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Because last year’s fair was so much fun and I’m still loving my lampshades, blogger buddy Chris and I returned to San Juan Guelavia yesterday for the 5th Feria del Carrizo.  Upon arriving, our first surprise was being directed to a dirt estacionamiento (one of my favorite words, means parking lot) next to, what looked to be, a rodeo arena.  It was quickly followed by surprise number two:  The plaza crowded with people — at least ten times the number as last year!  Aside from two friends who were leaving (arms filled with purchases), we didn’t see many extranjeros.  However, we ran into several friends from Teotitlán del Valle and Tlacolula and at lunch sat across from some visitors from Mexico City.

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We arrived just in time for the official ribbon cutting that signaled the opening of the fair.  We didn’t recognize any of the dignitaries, though most everyone else did and masses of cell phones rose high in the air to record the event.  Once the ceremonial duties were done, chairs were pushed back and a children’s folkloric dance group marched in to the familiar music of the China Oaxaqueña delegation heard during La Guelaguetza.  There was even a mini-torito (toritito?) wired with fireworks that was lit, though one of the little girls didn’t appear too thrilled.  And, as we wandered around, we could hear music that we recognized from some of the other regions of Oaxaca and we caught glimpses of more of the kids dancing.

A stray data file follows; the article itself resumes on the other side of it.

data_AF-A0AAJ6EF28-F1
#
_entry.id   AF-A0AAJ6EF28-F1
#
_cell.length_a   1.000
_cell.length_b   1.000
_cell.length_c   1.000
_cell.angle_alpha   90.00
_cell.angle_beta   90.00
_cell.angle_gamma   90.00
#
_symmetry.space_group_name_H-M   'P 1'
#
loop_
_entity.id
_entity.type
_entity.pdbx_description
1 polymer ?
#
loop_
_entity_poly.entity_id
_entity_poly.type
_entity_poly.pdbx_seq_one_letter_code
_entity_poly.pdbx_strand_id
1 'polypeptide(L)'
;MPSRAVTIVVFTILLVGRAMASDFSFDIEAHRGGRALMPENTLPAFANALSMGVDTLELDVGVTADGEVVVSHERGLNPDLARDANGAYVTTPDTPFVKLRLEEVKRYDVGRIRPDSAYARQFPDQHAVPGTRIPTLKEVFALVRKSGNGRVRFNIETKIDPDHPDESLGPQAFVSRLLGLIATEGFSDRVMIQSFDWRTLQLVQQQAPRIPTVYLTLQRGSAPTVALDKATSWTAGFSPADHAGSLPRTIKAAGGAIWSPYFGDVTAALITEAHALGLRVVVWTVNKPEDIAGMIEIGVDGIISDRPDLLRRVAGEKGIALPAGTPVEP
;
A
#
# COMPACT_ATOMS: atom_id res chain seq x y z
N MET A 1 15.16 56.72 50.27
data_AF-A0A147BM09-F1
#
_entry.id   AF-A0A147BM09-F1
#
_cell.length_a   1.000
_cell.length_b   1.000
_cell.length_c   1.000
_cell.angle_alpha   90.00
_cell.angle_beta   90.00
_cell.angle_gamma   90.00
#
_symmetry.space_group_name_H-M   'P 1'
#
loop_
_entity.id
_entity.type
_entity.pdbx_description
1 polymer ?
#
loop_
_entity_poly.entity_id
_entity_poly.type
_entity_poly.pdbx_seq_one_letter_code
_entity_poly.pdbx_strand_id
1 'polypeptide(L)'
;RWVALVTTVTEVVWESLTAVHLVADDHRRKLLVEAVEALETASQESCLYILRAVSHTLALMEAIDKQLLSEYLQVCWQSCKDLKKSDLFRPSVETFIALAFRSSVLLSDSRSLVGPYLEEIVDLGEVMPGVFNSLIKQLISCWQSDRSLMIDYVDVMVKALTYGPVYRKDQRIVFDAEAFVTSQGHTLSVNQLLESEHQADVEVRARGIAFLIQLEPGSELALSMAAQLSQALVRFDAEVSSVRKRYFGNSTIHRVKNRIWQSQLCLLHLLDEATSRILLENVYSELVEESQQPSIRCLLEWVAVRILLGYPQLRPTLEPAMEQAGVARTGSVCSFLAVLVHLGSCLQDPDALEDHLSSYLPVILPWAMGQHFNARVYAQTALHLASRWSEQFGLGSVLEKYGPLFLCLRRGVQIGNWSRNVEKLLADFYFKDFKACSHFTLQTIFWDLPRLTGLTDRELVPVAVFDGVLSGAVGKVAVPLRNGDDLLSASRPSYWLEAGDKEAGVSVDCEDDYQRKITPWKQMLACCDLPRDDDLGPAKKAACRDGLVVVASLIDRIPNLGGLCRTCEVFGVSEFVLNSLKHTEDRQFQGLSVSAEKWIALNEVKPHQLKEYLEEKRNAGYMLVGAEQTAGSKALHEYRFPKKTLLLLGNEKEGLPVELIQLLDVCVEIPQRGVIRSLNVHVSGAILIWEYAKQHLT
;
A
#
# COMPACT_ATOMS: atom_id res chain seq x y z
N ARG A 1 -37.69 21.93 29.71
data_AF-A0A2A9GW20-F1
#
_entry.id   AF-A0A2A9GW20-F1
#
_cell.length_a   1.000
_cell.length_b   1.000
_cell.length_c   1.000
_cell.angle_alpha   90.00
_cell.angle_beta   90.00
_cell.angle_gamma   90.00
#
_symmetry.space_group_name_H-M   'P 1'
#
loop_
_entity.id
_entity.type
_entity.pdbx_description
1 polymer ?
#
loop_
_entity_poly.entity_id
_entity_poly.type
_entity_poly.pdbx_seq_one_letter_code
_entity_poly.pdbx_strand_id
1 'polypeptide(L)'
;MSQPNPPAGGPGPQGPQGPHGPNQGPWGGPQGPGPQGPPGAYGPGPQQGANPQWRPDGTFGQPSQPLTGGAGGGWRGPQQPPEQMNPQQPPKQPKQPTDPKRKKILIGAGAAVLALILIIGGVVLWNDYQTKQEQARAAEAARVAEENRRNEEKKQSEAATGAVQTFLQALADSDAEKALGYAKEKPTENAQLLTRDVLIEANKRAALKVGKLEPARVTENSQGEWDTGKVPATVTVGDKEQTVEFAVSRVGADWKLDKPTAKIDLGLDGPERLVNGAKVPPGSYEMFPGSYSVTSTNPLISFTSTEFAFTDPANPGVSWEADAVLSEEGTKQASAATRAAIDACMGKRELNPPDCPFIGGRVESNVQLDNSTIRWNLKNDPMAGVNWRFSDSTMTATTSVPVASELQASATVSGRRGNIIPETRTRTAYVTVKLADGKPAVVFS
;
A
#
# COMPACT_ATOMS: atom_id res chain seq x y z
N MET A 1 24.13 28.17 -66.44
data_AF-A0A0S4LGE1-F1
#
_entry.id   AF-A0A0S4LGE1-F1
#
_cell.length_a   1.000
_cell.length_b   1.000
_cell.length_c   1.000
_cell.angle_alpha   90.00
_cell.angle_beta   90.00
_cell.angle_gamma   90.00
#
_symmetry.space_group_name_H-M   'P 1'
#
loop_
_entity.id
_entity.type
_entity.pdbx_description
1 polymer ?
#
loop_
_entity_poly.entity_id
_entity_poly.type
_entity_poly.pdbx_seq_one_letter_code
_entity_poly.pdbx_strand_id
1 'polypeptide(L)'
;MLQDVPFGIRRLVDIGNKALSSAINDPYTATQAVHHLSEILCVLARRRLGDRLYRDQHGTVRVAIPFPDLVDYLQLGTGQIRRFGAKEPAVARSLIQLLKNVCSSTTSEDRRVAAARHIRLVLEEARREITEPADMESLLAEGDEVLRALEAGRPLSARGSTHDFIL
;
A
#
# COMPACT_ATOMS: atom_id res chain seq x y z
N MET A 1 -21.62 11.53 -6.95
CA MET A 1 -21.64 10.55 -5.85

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Unfortunately, woven plastic baskets have become a more common sight at the markets in the valley of Oaxaca.  So, the growing popularity of the fair is good news for a community that has seen a decline in the demand for their beautiful handcrafted baskets made from carrizo (aka, Arundo donax, Spanish cane, Giant cane, Wild Cane, and Colorado River weed) — a tall perennial cane that grows along river banks in Oaxaca.  Besides traditional baskets and bird cages, the artisans have branched out to making lamps and shades, weaving decorative bottle covers for your mezcal, fashioning toys, and much more.  Naturally, I again couldn’t resist and happily came away with a new hamper.